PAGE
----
How to Quickly Make Your Home Wheelchair Friendly
April 3, 2013
Making a home wheelchair friendly can be a tricky prospect, though of course the effort is certainly in service of a worthy cause. People in wheelchairs can indeed have a very difficult time navigating around a typical home, with a thousand things in their way making their journey that much more difficult. If a wheelchair-bound person is planning on moving into a new home there will likely have to be a good deal of remodeling to allow them optimal access. But what if you don’t have the time or money for major remodeling? What if, rather than living there, a handicapped person is simply visiting you for a day or two and you want to make your home temporarily easier to traverse. You’ll be glad to know that, while your home will likely still prove to be a bit of a struggle for a handicapped individual, there are some small, cost-effective measures which can be taken to make your home at least partially accessible. Here are a few of them:
- Install outdoor ramps. When a handicapped person visits a building of any kind, the first question is always how they will get inside. Therefore, your first step should be the purchase of a ramp, either long-term or temporary, which will allow your guest the ability to enter and exit your home.
- Reorganize your furniture. Most traditional furniture setups don’t allow for optimal wheelchair mobility. Make sure that you leave at least a 32 inch gap between major areas. Ideally you should try to allow for five feet of turning space.
- Remove all rugs. As aesthetically pleasing as they might be, rugs are not ideal for people in wheelchairs, as they can easily get stuck or caught on the sides. Basically, if your carpeting isn’t attached to your floor it’s simpler just to move it out of the way.
- Get at least one cordless phone. If a handicapped person is going to be staying in your home for a while, you’ll want to provide them access to a cordless phone. Of course, phones with cords are not especially common these days, what with the prevalence of cell phones, but ensuring that your friend has at least one phone they can easily access is extremely important. Allow them to keep it nearby and travel with it if they wish.
- Consider installing grab bars. Though some might consider this remodeling, grab bars aren’t especially difficult to install and they’re not particularly expensive. They’re certainly something to consider, particularly in the bathroom.
- Portable ramps. Use these in conjunction with doors with high thresholds to allow for easy access to the majority of the house. Unfortunately, major flights of stairs are a more complex prospect.
- Look into stair lifts. Most of the products included on this list are fairly cheap. Stair lifts are not. In fact, you’d be hard pressed to find one for less than $1,300, and many of them are quite a bit more. Unfortunately they’re often the only viable option for even a moderately steep flight of stairs. If you have the money, consider if. If you don’t, your wheelchair-bound associate will likely not be able to get up the stairs without assistance.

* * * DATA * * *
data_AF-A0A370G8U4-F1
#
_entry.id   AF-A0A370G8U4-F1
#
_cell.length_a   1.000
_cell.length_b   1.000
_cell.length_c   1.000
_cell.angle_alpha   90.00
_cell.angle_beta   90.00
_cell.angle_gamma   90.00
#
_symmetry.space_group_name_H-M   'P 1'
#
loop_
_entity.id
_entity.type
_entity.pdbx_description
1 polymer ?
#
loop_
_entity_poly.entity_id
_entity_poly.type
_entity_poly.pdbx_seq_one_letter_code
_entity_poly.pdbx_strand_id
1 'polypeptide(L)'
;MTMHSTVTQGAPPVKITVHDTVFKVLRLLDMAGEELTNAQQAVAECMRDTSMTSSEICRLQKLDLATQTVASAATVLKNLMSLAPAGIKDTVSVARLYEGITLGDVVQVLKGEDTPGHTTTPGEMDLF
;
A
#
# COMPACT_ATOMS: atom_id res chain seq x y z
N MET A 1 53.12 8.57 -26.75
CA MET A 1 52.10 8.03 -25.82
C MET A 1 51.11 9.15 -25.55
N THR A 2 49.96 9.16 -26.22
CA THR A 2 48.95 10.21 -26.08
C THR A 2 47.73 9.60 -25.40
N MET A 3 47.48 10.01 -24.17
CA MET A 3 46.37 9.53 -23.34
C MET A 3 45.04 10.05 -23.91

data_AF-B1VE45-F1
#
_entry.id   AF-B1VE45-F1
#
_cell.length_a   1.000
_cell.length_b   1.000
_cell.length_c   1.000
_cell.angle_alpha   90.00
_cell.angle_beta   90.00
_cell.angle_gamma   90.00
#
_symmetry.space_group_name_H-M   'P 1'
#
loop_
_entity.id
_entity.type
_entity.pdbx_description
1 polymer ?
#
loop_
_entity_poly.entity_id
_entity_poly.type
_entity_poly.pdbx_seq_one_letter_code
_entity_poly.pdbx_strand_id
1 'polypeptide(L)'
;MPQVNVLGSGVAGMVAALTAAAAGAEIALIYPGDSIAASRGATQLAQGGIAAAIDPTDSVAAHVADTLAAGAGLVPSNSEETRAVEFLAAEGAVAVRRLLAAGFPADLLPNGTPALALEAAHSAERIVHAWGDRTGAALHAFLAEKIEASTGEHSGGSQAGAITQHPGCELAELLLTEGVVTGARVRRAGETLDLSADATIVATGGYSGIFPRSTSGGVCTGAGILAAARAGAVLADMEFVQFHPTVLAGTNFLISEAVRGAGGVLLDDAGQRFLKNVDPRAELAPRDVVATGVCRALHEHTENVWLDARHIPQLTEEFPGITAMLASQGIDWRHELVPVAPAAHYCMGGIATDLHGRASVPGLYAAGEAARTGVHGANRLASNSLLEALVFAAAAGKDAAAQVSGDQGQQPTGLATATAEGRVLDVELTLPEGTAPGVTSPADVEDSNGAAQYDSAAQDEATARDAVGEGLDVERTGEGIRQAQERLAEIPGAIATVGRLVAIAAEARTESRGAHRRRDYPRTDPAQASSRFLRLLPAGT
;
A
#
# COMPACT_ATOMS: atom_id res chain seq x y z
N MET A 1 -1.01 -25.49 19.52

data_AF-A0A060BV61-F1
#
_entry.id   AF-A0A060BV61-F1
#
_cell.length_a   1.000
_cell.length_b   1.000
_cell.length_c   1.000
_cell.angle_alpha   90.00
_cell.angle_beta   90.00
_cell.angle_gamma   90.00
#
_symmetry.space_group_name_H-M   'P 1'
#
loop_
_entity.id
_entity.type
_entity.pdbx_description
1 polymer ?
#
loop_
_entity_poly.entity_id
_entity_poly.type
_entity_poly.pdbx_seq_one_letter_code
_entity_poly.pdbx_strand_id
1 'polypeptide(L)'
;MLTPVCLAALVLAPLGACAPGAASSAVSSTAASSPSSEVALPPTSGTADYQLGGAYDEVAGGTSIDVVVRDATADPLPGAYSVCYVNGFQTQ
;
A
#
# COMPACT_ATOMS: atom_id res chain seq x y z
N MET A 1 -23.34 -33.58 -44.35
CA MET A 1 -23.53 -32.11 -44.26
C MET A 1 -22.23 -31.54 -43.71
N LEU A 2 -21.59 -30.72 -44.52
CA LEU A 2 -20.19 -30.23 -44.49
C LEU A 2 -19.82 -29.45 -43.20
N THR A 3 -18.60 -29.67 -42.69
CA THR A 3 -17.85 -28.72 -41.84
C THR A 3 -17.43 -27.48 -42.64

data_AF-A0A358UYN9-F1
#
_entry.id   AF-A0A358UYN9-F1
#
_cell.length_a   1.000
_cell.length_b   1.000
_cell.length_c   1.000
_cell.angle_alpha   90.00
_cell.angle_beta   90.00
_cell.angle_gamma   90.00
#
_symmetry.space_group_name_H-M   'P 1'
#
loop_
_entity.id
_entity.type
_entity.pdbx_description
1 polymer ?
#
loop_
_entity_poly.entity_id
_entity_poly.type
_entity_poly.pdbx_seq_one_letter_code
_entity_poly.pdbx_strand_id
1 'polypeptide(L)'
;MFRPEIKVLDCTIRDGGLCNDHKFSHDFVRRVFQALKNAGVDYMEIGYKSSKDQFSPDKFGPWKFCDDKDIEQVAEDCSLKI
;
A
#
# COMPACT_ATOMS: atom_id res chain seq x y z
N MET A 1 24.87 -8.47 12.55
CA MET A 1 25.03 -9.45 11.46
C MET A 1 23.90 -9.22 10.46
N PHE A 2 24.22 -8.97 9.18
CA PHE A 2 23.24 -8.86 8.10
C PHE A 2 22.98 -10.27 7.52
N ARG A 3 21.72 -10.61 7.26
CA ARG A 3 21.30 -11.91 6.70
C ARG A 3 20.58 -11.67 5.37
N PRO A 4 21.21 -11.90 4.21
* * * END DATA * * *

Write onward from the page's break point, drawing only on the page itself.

- Consider altering your door handles. Again, some might feel that this comes dangerously close to remodeling, and it’s certainly a bigger financial/labor commitment than most of the items on this list. However, doorknobs can often be difficult for handicapped users to operate. If your associate is staying with you for a fairly long time, you might consider replacing them with level-type handles, which are much easier for the average wheelchair-bound person to use.
- Use non-slip pads in the bathroom. Many people who are not mobility impaired do this anyway, as its simply safer. However, if a handicapped person is to use your shower or tub, a non-slip pad or two is an absolutely essential purchase.
- Get a wand to attach to your shower head. For many handicapped users, the use of a portable wand is very important. Your associate may need to sit while they’re showering, in which case a waterproof seat would also be a necessary purchase. For these people especially, cleaning with a wand is simply easier and more effective.
- Don’t forget possible DIY options. If you cannot afford new door handles, consider tying pieces of string to your current ones, which will make them easier to close. However, unless you make the switch to levers know that opening your doors will always be a challenge for some. If you can’t afford ramps, it’s fairly easy to build a temporary one yourself using a wedge-shaped piece of wood and some glue.
Of course, when it comes to quick, temporary changes like these you won’t be able to do everything necessary to make your home handicap-accessible. For example, sinks will likely prove difficult for a wheelchair-bound user to operate without remodeling. Your kitchen will also provide challenges, as counter space will be largely inaccessible and a good deal of appliances will likely be out of reach. However, there’s only so much that can be done. If you’re looking to make your home permanently handicap-friendly, that will take more than a bit of time and money. But if you only want the changes you make to be temporary and cheap you can and should consider the options detailed above. You won’t be able to do everything that should be done, but you’ll certainly be able to do a good deal to help.